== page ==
Argentina’s Yesica Bopp vs Mexico’s Sandra Robles

Bopp vs Robles


By Felipe Leon


There is a case for Argentina’s Yesica Yolanda Bopp to change her name from “Tuti” to the “Mexican Executioner”.  There might not be another active or inactive female fighter that has beaten more opponents from Mexico than the current WBA junior flyweight champion.


On Saturday night Bopp (34-1, 15 KOs) will have another opportunity when she faces Sandra “Perla Negra” Robles (21-2, 10KO) of Tijuana in a scheduled ten rounder.  The championship bout will be televised not only in Argentina but in Mexico as well by the Azteca network.


Despite Bopp, 34 and a mother of a three year-old, defeating fighters from Uruguay, Venezuela, Colombia, Russia, England and the United States as well as her native Argentina in her 35 fight professional career, no other has supplied more victims for “Tuti” than Mexico with Robles the ninth opponent from that country.


“We know she is Mexican and that in itself makes it more interesting,” Bopp said of her next opponent.  “I am the super champion in the weight class for the WBA and I wanted to face the regular champion, but they opted for a voluntary defense so they offered Robles who is the mandatory.  She is a southpaw who comes forward.  She is active and aggressive. She will be a good test to see where I am at in this point of my career.”


Along with her WBA strap Bopp is also a licensed psychologist, and along with her gym in the outskirts of her native Buenos Aires, looks to launch a non-profit organization to keep the youth of her city off the streets through boxing.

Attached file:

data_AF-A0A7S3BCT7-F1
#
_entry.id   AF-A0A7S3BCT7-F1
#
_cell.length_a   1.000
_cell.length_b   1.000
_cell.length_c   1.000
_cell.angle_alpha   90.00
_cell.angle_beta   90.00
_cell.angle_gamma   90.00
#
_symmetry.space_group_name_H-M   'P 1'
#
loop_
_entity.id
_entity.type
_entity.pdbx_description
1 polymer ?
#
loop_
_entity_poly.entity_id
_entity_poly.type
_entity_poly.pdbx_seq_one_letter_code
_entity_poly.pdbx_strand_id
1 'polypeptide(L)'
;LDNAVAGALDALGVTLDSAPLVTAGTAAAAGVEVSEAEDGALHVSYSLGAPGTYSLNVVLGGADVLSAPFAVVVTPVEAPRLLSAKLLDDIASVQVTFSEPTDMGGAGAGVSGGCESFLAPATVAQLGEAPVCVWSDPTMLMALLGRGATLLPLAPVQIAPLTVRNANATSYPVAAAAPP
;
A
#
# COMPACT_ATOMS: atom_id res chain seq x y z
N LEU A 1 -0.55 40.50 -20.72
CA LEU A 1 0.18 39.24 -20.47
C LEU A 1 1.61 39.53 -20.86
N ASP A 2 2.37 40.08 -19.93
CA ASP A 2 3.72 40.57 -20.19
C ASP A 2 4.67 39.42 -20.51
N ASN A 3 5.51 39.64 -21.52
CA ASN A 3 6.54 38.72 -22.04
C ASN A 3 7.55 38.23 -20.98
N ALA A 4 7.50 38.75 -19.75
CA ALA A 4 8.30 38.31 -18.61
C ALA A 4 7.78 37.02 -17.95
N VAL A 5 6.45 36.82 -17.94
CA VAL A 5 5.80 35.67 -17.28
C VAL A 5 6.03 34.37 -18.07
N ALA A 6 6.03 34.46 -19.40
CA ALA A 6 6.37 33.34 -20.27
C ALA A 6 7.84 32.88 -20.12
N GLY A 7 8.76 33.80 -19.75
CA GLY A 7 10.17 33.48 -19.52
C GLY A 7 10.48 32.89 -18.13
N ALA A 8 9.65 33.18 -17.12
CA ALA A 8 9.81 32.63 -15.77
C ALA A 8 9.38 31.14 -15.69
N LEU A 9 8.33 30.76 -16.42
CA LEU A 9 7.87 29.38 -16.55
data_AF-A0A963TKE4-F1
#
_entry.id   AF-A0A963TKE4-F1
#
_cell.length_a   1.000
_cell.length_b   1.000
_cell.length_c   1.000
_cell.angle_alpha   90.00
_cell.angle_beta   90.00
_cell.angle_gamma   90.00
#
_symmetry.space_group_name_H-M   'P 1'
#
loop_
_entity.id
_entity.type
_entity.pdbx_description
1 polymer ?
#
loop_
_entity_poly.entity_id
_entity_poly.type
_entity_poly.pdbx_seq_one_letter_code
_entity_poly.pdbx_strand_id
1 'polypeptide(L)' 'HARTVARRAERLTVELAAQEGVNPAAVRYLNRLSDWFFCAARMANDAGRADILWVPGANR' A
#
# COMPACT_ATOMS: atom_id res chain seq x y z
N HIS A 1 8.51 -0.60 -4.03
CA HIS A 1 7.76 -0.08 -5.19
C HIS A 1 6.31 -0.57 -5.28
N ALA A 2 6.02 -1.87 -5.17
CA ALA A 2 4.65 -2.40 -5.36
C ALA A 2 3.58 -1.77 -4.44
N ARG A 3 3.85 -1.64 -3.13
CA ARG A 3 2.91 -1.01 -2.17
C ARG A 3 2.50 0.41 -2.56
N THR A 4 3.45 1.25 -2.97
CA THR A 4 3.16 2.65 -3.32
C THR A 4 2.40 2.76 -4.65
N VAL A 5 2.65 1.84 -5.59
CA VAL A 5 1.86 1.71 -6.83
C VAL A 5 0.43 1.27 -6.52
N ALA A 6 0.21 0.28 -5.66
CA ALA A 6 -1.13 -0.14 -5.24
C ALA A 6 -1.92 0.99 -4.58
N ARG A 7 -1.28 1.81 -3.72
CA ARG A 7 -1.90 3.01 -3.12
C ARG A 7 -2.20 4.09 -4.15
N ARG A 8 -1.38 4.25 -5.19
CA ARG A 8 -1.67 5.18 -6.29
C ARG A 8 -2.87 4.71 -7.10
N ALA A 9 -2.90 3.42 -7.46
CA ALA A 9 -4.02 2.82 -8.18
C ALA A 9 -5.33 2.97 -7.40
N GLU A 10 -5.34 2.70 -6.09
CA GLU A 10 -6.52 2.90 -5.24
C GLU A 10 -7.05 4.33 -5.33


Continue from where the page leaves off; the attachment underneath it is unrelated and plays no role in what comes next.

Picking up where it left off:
The attractive Argentinean has defeated a number of Mexican world champions including Jessica “Kika” Chavez, Ibeth “Roca” Zamora, Ana Arrazola and Anabel “Avispa” Ortiz, all of them in Argentina.  Other names on her record are Carina Moreno and her country woman Daniela “Bonita” Bermudez.  The one time she did travel outside her home country she lost in Mexico in a rematch against Chavez in 2013.


“She first came here, we fought for the title and I won via decision,” Bopp said of her first fight against Chavez in 2009 exclusively to back in April.  “The time passed and she captures a world title and they offer me the fight.  There I began to learn about the other side of boxing.  Once in Mexico I was in the same hotel as the judges and I ran into the Spanish one assigned to our fight.  He said to me, ‘I can’t alone go against two Mexican judges.’  I called my representative because if a judge says something like that, then there is something going on.  There should have been judges from other countries and not two from Mexico.”

“At that point I was upset,” she explained.  “I told my rep that I wasn’t going to make the weight so that fight wouldn’t be for the title.  If she was going to beat me, it was going to be as a boxer, but not for the title.  I was the one risking.  If I fight for the title and I lose, then I can lose my titles so I decided not to fight for the title.  I ate and didn’t make the weight.”